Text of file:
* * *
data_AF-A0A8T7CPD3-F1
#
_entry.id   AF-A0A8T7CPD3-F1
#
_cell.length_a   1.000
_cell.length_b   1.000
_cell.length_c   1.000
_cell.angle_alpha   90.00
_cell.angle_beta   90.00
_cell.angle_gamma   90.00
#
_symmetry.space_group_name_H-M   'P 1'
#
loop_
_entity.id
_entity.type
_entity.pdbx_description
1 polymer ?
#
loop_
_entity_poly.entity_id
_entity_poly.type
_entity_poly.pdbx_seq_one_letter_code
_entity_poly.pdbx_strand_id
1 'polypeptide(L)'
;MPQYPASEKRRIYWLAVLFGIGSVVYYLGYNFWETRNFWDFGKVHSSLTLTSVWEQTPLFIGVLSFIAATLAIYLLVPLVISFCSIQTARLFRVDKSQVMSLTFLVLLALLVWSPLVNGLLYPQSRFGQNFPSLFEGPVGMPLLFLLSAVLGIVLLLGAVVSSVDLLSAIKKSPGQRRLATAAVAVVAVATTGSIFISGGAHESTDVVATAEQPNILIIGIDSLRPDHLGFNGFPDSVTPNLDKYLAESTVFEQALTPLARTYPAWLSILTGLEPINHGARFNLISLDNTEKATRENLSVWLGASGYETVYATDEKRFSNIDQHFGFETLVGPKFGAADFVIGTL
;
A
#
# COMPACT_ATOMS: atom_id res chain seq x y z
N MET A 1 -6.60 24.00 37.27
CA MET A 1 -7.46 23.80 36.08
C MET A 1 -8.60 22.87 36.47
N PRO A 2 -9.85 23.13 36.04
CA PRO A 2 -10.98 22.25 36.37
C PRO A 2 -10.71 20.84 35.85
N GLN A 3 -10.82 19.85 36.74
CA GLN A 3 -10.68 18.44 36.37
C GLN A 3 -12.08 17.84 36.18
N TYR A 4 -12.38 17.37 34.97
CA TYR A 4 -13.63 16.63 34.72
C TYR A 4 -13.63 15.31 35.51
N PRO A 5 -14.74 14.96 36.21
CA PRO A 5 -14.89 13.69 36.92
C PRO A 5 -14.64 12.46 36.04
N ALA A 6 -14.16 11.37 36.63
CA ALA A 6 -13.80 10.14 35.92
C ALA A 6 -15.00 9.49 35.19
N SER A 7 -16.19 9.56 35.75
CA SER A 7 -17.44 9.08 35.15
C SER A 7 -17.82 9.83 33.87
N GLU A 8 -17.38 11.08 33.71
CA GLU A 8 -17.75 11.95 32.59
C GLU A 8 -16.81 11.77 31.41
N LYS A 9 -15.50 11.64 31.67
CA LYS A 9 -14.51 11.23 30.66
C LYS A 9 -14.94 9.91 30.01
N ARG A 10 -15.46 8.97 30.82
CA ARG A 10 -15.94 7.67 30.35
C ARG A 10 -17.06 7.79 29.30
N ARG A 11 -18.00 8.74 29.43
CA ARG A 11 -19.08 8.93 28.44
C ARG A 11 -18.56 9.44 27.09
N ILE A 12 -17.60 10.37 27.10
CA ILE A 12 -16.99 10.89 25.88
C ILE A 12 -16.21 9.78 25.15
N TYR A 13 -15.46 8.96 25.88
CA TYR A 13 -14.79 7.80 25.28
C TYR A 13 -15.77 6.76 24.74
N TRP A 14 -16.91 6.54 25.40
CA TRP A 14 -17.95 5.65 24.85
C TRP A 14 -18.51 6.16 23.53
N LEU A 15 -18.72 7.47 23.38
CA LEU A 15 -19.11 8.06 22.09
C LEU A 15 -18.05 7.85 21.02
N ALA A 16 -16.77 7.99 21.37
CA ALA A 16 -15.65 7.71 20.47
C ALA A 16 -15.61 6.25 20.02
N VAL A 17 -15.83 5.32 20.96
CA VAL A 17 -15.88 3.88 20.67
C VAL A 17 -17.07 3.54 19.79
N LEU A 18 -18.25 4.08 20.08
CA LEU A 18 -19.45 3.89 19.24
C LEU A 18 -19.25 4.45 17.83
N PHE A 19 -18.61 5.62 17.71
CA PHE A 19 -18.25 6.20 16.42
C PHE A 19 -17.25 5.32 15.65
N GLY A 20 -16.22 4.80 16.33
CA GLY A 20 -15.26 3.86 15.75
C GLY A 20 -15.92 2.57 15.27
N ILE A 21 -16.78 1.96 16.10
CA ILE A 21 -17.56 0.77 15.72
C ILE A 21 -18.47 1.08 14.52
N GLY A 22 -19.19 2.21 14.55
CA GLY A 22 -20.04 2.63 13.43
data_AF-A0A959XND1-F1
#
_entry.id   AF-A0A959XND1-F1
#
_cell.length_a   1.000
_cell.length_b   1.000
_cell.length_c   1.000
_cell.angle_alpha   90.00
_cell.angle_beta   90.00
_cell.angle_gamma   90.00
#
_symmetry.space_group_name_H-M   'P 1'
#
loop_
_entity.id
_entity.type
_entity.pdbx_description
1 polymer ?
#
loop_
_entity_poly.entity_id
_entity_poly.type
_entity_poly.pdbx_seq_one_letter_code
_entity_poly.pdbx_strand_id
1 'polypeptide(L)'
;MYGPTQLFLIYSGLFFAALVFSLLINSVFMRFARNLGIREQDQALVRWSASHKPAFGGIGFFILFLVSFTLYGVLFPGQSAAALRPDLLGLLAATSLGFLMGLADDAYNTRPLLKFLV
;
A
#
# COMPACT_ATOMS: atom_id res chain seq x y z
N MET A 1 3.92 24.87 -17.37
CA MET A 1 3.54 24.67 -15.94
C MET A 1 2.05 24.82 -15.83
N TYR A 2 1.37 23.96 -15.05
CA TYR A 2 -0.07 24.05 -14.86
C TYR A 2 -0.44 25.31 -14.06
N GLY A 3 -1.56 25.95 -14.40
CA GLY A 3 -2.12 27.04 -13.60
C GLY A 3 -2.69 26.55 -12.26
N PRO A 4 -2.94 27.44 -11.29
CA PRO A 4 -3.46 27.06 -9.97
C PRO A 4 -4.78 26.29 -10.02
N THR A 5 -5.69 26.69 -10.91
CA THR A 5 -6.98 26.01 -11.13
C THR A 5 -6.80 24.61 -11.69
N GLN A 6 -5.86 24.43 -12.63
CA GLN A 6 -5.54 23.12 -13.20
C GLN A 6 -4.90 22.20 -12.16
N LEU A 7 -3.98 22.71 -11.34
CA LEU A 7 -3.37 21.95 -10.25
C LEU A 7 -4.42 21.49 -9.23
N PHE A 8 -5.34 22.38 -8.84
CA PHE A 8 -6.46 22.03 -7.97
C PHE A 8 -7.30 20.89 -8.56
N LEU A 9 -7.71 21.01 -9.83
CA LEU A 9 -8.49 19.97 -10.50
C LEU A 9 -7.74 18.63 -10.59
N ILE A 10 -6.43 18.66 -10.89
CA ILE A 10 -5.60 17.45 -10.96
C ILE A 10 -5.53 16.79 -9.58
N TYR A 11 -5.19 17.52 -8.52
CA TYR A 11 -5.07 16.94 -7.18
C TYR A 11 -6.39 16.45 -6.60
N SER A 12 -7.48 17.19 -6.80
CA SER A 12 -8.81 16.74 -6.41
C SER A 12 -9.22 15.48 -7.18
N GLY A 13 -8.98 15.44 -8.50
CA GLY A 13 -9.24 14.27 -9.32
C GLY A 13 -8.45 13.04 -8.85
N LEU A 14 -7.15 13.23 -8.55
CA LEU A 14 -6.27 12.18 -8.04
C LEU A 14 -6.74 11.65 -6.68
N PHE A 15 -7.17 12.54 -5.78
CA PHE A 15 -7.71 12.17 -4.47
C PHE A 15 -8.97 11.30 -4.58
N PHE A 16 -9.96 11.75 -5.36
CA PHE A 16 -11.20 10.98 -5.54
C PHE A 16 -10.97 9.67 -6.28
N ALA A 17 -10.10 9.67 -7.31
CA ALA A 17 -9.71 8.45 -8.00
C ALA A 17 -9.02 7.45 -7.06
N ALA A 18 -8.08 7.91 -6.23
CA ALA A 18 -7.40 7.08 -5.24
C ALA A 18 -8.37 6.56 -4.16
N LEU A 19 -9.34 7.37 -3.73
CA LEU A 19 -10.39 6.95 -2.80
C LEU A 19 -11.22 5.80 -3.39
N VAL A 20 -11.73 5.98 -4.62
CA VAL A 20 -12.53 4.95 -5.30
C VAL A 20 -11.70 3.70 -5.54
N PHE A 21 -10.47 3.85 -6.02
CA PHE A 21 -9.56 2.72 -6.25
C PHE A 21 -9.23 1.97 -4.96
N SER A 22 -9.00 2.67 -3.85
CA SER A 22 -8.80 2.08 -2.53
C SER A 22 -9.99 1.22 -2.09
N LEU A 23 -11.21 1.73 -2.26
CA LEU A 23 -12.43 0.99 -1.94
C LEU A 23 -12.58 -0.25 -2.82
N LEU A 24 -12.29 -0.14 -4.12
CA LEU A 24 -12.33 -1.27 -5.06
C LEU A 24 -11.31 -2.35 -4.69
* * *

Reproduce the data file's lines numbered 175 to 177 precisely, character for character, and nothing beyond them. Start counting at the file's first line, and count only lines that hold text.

CA ALA A 17 -9.71 8.45 -8.00
C ALA A 17 -9.02 7.45 -7.06
N ALA A 18 -8.08 7.91 -6.23